- Ocreotide can benefit people with symptoms, such as diarrhea, caused by slow growing (carcinoid) and pancreatic tumors, although it can also be used to treat acromegaly, in which the pituitary gland creates too much growth hormone. It slows down the body’s production of hormones. It can also slow down the growth of the cancer itself.
- Lanreotide is used to control tumor growth in people with pancreatic or gastrointestinal NETs. Like ocreotide, it can also be used to treat acromegaly.
Both are delivered as monthly injections that get released into the body slowly. One benefit of these treatments is that most cancer centers can provide them, making it easy for people with NETs to get the care they need even if they’re traveling.
In addition to hormones, neuroendocrine cancers need blood vessels to thrive, and a procedure called embolization helps deprive them of blood. It’s used when neuroendocrine cancers spread to the liver, which, according to Dr. Liu, is the most common place these cancers spread. RMCC oncologists work with interventional radiologists to perform these procedures. During an embolization, the arteries feeding blood to the tumor are identified and a substance is injected into the arteries flowing to the tumor. This substance clogs the artery and blocks blood flow to the NET, ultimately causing some of the tumor to die, but frequently getting them to shrink and not grow for a period of time. In some cases, embolization may use radioactive beads or beads filled with chemotherapy medication, which may attack the tumor in different ways.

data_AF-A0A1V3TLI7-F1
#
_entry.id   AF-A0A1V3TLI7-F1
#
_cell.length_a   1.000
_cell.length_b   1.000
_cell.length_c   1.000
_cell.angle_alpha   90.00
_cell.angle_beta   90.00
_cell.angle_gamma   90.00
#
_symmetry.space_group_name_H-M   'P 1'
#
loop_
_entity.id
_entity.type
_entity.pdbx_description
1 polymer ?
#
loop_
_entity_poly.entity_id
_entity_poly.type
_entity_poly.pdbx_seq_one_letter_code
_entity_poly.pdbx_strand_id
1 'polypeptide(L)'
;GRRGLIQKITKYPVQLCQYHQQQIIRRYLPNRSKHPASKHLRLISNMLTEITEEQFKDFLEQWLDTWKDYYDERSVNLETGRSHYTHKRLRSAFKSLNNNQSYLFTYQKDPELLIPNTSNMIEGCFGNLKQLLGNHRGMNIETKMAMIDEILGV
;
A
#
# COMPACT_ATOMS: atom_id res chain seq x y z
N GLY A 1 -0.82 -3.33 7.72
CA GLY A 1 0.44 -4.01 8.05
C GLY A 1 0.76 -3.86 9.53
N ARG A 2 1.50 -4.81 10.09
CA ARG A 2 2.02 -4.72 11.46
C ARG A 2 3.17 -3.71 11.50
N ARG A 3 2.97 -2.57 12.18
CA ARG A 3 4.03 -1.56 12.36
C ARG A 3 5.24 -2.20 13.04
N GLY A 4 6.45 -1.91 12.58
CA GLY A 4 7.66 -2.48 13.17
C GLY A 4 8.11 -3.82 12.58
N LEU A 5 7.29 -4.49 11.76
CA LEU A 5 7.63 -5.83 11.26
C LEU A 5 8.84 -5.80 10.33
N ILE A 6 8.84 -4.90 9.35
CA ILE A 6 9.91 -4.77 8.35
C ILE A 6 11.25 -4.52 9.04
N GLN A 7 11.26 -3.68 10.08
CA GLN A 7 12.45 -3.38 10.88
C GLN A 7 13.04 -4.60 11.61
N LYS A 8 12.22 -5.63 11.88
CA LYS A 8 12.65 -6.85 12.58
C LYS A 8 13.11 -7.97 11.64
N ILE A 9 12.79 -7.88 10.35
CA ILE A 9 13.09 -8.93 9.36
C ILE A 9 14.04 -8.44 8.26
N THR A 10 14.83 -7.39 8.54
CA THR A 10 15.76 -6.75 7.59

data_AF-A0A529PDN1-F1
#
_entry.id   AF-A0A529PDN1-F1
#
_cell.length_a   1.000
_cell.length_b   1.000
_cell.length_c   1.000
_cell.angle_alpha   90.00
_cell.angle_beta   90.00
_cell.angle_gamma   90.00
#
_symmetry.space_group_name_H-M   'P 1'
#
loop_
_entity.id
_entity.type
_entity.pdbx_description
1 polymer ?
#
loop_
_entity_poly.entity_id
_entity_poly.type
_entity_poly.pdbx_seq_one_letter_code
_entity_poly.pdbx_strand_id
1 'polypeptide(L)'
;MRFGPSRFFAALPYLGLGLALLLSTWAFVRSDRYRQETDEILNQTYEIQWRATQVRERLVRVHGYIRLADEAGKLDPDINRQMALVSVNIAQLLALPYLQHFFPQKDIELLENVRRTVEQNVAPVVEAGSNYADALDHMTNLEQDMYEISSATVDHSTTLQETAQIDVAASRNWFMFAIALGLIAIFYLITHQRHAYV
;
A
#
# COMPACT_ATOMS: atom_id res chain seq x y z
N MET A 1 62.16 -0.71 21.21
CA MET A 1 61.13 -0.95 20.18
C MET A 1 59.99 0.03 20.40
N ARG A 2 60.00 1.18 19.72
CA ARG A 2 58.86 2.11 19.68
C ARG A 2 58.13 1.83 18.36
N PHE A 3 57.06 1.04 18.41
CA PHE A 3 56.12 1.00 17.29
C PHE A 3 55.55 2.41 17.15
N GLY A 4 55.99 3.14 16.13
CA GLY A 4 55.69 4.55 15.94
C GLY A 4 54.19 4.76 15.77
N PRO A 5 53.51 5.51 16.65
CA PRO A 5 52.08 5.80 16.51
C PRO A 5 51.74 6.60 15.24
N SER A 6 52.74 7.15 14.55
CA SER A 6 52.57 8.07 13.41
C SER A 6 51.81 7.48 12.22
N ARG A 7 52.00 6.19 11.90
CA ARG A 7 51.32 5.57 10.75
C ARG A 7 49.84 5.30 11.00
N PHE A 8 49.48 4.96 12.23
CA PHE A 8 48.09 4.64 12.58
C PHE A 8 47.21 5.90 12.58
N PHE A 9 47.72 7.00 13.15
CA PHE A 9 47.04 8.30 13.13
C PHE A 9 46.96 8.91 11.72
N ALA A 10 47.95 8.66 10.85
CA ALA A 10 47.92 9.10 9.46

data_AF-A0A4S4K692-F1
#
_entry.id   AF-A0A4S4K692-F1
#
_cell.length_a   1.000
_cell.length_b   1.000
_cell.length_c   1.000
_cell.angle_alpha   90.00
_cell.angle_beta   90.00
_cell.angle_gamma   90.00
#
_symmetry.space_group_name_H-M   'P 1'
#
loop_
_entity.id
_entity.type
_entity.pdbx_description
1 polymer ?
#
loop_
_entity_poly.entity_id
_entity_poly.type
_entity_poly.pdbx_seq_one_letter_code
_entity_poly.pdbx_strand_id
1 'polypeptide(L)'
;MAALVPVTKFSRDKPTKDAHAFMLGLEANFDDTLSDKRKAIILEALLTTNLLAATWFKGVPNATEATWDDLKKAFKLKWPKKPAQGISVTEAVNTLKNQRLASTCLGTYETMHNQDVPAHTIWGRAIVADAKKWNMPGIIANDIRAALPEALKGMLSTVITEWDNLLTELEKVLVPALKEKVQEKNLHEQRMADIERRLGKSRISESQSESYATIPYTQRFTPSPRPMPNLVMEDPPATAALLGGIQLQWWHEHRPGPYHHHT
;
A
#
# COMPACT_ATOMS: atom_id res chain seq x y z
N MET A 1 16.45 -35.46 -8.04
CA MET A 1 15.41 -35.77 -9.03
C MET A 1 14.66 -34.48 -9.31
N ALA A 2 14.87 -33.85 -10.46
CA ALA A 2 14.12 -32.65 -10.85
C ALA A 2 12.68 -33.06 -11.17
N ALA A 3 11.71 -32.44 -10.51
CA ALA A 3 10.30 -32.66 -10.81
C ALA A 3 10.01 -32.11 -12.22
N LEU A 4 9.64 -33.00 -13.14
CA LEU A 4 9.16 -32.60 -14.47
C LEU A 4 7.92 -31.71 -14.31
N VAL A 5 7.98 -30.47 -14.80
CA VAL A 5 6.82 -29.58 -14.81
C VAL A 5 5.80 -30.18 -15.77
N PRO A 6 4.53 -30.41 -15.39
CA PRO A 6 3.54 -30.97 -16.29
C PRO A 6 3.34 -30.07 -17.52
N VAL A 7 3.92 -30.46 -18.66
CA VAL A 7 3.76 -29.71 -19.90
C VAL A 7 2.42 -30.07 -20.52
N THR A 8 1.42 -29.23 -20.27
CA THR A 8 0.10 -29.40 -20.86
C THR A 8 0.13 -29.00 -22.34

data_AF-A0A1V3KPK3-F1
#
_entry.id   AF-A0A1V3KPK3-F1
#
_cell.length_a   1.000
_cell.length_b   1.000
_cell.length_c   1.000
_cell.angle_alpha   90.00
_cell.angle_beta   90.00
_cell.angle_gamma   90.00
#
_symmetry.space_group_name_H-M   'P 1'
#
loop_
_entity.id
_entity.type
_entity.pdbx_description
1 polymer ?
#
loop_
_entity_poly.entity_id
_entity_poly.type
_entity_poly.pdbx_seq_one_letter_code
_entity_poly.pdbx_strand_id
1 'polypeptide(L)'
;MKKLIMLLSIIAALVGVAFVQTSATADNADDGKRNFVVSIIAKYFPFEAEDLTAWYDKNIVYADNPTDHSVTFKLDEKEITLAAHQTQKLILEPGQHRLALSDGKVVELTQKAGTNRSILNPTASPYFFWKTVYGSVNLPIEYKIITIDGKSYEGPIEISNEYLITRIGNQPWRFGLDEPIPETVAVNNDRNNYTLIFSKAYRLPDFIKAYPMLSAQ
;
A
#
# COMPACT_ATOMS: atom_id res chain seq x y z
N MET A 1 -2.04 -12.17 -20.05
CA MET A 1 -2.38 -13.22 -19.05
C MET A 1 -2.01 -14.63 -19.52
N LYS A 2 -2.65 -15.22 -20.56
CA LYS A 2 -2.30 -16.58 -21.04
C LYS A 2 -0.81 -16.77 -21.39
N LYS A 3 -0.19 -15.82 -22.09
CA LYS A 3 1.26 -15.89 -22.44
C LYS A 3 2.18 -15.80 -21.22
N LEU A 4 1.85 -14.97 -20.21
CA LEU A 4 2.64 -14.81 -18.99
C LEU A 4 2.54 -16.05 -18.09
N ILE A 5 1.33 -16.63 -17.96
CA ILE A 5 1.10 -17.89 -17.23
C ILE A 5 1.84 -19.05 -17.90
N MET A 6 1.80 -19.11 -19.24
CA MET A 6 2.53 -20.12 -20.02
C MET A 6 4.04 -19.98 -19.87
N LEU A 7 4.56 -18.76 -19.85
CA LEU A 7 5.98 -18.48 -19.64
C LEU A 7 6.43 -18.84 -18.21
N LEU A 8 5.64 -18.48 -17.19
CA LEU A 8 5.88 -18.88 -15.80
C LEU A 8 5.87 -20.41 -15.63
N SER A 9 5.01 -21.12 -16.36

Surgery to Address Tumors and Life-Threatening Complications
Surgical treatment is one of the most common options for NETs and neuroendocrine cancer. In fact, more than half of patients with an NET or neuroendocrine cancer undergo surgery.
Tumor removal is a primary goal of most surgeries, as it helps to prevent possible complications. Since many NETs are slow growing, the bigger concern is a life-threatening complication, such as blockages, bleeding, and blood clots, or other symptoms that result from a tumor’s mere presence or even hormone production. Surgical removal can help patients avoid some of those complications.